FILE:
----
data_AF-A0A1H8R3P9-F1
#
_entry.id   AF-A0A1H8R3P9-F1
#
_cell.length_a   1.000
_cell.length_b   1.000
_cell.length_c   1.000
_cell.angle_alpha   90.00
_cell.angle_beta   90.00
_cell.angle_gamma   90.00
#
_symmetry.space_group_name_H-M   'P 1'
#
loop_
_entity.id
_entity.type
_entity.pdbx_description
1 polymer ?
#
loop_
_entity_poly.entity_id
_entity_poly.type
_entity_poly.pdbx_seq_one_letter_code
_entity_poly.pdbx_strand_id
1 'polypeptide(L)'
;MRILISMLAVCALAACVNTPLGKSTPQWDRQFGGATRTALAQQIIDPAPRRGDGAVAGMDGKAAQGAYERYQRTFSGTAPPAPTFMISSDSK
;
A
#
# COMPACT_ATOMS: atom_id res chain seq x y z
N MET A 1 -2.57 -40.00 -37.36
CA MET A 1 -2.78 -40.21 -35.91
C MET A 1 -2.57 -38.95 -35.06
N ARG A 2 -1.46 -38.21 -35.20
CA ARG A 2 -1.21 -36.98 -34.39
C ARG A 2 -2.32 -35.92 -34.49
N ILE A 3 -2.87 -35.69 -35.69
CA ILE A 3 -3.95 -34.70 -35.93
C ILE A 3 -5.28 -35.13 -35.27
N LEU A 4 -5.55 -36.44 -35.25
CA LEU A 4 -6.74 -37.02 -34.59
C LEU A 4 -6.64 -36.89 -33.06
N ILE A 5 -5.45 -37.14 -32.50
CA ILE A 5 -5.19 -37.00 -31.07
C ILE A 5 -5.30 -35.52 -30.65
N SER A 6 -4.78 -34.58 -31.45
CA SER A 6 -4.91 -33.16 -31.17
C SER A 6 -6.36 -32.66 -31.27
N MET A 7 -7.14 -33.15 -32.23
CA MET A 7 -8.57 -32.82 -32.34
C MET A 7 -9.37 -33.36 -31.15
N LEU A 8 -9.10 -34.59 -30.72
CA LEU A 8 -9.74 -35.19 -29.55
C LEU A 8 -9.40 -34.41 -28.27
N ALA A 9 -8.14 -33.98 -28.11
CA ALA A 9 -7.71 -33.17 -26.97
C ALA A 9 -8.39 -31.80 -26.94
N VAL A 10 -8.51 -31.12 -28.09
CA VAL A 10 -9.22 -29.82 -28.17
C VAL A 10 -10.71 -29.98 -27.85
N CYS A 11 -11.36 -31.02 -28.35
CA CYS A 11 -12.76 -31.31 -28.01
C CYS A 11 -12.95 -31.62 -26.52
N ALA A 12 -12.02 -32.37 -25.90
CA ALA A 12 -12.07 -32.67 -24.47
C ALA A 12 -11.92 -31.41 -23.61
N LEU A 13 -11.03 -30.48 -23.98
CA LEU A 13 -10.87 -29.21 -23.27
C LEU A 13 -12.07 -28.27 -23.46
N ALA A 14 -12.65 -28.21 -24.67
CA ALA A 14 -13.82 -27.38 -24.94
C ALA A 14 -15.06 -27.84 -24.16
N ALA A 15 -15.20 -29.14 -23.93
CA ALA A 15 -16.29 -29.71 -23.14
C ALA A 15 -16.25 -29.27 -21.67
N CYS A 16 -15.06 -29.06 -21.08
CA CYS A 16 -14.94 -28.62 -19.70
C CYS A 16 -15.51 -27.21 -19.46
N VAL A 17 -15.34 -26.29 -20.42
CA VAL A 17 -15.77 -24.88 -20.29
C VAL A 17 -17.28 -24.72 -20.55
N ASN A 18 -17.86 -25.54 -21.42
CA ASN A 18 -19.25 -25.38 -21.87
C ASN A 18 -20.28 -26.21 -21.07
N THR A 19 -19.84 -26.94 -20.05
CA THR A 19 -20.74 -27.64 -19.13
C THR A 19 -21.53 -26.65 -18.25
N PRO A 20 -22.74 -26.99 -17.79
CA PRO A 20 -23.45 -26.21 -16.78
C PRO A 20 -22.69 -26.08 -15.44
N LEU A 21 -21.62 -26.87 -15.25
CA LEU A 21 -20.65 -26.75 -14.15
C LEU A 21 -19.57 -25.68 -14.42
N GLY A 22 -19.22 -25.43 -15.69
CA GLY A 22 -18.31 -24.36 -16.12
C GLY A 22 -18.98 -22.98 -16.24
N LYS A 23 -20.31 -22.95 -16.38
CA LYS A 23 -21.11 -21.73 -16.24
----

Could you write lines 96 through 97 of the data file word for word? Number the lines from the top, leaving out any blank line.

C GLY A 22 -18.98 -22.98 -16.24
N LYS A 23 -20.31 -22.95 -16.38